Teaching Comprehension Strategies for middle school
Comprehension is a complex process and includes the ability to comprehend, discuss, study, and write about multiple forms of text. Teachers can help their students become proficient readers with the help of effective teaching comprehension strategies.
Members of the National Reading Panel (NRP) in an evidence based assessment of an experimental and quasi-experimental research on reading in 2000 concluded that there are seven types of teaching comprehension strategies that meet their criteria for effectiveness.
The panel’s findings, based primarily on research conducted among students in grades 3-8, suggest that the following strategies are effective in teaching comprehension in the middle grades, and possibly even in higher grades.
- Comprehension monitoring – This strategy involves knowing when the student’s understanding breaks down and which “fix-up” strategies to apply (for example, rereading, reasoning the matter through and using cues from the sentence/paragraph’s organizational structure).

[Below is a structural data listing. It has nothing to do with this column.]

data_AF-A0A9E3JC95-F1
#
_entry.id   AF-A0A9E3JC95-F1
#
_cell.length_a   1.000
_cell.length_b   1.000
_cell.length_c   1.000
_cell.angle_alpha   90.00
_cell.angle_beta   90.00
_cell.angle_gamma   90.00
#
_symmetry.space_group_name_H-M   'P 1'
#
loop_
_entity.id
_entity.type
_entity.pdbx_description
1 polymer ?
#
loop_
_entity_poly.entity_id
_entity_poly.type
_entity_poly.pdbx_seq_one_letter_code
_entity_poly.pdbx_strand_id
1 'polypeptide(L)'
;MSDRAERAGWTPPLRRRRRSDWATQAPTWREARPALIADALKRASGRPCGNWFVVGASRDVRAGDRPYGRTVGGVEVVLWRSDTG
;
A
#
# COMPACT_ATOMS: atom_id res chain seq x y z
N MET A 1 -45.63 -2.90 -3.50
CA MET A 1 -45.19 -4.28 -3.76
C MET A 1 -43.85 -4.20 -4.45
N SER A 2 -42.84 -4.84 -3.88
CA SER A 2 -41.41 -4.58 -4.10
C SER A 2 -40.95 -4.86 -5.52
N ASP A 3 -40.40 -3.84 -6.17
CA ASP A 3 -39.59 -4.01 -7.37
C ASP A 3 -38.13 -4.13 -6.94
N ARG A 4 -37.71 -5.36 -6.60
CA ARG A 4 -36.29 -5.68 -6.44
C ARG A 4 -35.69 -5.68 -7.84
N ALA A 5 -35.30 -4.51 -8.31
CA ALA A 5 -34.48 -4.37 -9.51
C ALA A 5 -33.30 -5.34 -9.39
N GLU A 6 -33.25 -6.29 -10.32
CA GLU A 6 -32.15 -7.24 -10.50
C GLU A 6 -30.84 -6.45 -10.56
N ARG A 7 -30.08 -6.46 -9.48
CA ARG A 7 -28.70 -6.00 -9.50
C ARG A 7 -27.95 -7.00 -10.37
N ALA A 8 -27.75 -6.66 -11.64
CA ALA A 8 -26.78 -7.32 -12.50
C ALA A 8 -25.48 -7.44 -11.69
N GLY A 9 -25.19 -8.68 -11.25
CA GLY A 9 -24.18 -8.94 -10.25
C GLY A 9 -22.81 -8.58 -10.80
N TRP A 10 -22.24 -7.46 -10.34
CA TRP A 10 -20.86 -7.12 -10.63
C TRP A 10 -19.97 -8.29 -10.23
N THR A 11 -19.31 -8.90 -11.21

- Cooperative learning – Encouraging students toEngage with peers in problem-solving activities or to share ideas through peer-led discussions is another effective strategy.
- Using graphic and semantic organizers (including story maps)providing the students with visual aids to understand the content better.
- Answering questions
- Generating questions – Teaching students to ask questions in order to understand various aspects of a text.
- Understanding text structure helps to develop an awareness of how a writer organizes information to assist readers in recalling the content of a selection.
- Summarizinghelps recap what has just been read, thus increasing comprehension.
What comprehension strategies have you used in your classroom? Share your thoughts and experiences.